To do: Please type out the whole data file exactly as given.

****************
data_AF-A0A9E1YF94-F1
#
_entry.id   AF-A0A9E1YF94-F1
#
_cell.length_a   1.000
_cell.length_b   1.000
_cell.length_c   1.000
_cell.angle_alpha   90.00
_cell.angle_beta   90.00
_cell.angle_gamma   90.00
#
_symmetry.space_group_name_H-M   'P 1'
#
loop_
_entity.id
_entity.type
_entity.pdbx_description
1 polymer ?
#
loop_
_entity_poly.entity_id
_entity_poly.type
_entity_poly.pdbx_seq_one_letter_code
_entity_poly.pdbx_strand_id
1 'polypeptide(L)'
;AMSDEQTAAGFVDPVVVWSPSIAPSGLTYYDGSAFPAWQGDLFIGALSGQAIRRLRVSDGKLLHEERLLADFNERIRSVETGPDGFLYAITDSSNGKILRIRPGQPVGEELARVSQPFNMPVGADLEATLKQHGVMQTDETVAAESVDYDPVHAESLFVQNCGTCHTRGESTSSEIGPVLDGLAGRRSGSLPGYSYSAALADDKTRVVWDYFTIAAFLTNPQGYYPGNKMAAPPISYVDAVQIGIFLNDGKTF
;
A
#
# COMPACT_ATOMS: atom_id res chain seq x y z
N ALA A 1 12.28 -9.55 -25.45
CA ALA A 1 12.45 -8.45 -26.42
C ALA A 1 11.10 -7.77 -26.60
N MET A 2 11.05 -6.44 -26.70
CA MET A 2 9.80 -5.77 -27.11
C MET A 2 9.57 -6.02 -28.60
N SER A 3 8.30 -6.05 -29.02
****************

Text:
data_AF-A0A9E1YF94-F1
#
_entry.id   AF-A0A9E1YF94-F1
#
_cell.length_a   1.000
_cell.length_b   1.000
_cell.length_c   1.000
_cell.angle_alpha   90.00
_cell.angle_beta   90.00
_cell.angle_gamma   90.00
#
_symmetry.space_group_name_H-M   'P 1'
#
loop_
_entity.id
_entity.type
_entity.pdbx_description
1 polymer ?
#
loop_
_entity_poly.entity_id
_entity_poly.type
_entity_poly.pdbx_seq_one_letter_code
_entity_poly.pdbx_strand_id
1 'polypeptide(L)'
;AMSDEQTAAGFVDPVVVWSPSIAPSGLTYYDGSAFPAWQGDLFIGALSGQAIRRLRVSDGKLLHEERLLADFNERIRSVETGPDGFLYAITDSSNGKILRIRPGQPVGEELARVSQPFNMPVGADLEATLKQHGVMQTDETVAAESVDYDPVHAESLFVQNCGTCHTRGESTSSEIGPVLDGLAGRRSGSLPGYSYSAALADDKTRVVWDYFTIAAFLTNPQGYYPGNKMAAPPISYVDAVQIGIFLNDGKTF
;
A
#
# COMPACT_ATOMS: atom_id res chain seq x y z
N ALA A 1 12.28 -9.55 -25.45
CA ALA A 1 12.45 -8.45 -26.42
C ALA A 1 11.10 -7.77 -26.60
N MET A 2 11.05 -6.44 -26.70
CA MET A 2 9.80 -5.77 -27.11
C MET A 2 9.57 -6.02 -28.60
N SER A 3 8.30 -6.05 -29.02